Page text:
One of the Greats

During my first semester at Florida State University–and impossible 24 years ago–I took a creative writing class from a professor named Jerome Stern.  I had no idea at the time that he had a nationally-syndicated NPR show, that publications like Harper’s and Playboy sought out his work, or that he was, in general, a big-time guy.  I had no concept of what it took to get where he was.  I had the vague sense that professors got their jobs like K-12 teachers get their jobs: they get a degree and apply at the local school.  I didn’t know that things like terminal degrees and publications and contributions to the overall body of knowledge were just the minimum requirements.Jerome Stern

I did recognize immediately, though, that he was an incredible teacher.  I’ve had other classes, other teachers who were as influential, as meaningful, but I’ve never had class or teachers who were more so.

Jerome was the first professor I had who showed me how to take this jumbled mass of raw words and start to put shape to them.  For that reason, he is one of the three FSU professors to whom I dedicated Madhouse Fog.

I bring him up now because, at the beginning of every fall semester, I reread his story “University.”  I’ve been doing this for five or six years now.  Every year, it becomes more meaningful.  Every year, it breaks my heart all over again.

Now, I’m sharing the story with you.   Click the link at the end of this sentence to read it: Stern_University

Though I was still blond and kinda heavy when I hit my early thirties, though I did spend ten post-college years wandering around the country and doing wild things, I’m not the returning student in the story.  Jerome died before I made it into my early thirties and was able to visit him again.  If I’m not mistaken, he’d been diagnosed with terminal brain cancer at the time when he wrote this story.  He was heading into his final school year, one that he wouldn’t live through.   Part of the power of the story lies in knowing that he made this kind of sense out of his life while facing an imminent death.  Part of the power comes from me personally missing they guy.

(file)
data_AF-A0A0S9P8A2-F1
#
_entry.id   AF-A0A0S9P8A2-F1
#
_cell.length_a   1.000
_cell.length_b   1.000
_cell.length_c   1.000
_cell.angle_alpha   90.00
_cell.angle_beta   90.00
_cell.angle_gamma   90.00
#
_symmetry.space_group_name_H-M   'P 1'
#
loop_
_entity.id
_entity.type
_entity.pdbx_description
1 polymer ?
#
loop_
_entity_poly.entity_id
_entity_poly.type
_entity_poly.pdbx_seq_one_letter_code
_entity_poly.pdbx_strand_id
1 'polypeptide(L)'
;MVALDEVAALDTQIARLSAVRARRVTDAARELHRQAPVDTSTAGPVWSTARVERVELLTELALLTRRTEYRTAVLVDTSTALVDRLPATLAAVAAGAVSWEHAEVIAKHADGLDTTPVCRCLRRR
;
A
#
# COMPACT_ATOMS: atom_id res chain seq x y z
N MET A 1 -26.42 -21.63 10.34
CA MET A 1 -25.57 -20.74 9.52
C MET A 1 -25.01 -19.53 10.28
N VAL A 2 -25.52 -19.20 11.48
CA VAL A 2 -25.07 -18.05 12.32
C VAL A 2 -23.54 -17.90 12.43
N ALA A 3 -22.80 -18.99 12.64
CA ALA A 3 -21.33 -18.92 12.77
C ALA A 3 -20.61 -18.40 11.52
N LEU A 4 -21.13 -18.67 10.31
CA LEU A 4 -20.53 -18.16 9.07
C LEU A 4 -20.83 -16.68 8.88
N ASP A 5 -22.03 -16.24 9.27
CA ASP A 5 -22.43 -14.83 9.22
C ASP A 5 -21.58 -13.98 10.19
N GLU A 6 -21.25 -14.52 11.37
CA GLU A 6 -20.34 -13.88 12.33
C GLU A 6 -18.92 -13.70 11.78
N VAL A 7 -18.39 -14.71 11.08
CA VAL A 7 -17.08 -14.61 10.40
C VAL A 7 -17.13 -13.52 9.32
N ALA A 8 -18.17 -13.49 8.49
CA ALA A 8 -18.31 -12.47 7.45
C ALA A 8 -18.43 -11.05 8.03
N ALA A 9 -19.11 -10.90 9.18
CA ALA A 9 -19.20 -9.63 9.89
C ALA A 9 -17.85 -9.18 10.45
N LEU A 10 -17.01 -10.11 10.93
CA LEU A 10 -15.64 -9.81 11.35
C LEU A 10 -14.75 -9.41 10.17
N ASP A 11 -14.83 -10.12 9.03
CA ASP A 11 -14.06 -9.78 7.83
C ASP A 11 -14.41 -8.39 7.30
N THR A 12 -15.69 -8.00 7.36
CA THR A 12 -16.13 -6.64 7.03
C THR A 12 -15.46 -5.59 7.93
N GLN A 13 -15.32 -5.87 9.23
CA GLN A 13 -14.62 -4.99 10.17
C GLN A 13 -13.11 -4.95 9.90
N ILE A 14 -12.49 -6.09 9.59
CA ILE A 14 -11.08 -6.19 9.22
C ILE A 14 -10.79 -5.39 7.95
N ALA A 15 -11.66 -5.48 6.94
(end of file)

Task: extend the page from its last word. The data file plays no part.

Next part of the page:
I’m thankful that he left at least this legacy.




My latest Razorcake column was all about my choice to not have kids.  Typically, my columns only run in the print magazine.  Razorcake editor Todd Taylor wanted to put this one online, too.  I think he wanted to encourage some people to send me hate mail (which I always welcome).  You can read the column here.

Shortly after my column ran, Time Magazine got the idea to dedicate their cover story to the issue of being childfree.  I just want to point out that I scooped them.

(Also: if you clicked the above link thinking it would send you to Time Magazine, you don’t know me at all.  I’m not going to link to Time Magazine.)



I write a column for the Flagstaff, Arizona weekly Flag Live.  It’s called Words That Work.  I split the writing duties with poets James Jay and Mark Gibbons.  This means that I only have to write my contribution once every three months.  The other two months, I get to dig what James and Mark have to say.

The latest installment is about Oakley Hall’s book Warlock You can read the column here.  Hopefully, it’ll convince you to read the book.  It’s one of my favorites.


London BridgeI’m in England right now for International Pynchon Week.  Because, strange as it sounds (to me, at least), I’m a scholar of the author Thomas Pynchon.  I’m presenting a paper today on Thomas Pynchon and his ukulele.  Don’t laugh at me.  The ukulele has revolutionary possibilities in Pynchon’s novels.

On second thought, it’s okay to laugh at me.

Anyway, this is my first time in England.  I’m way up here in the north, but I’m hoping to go down to London to see the London Bridge.  I hope it’s as pretty in real life as it is in the picture above.  I hope it hasn’t fallen down.  Seems like it’s been falling down since I was kid singing about that.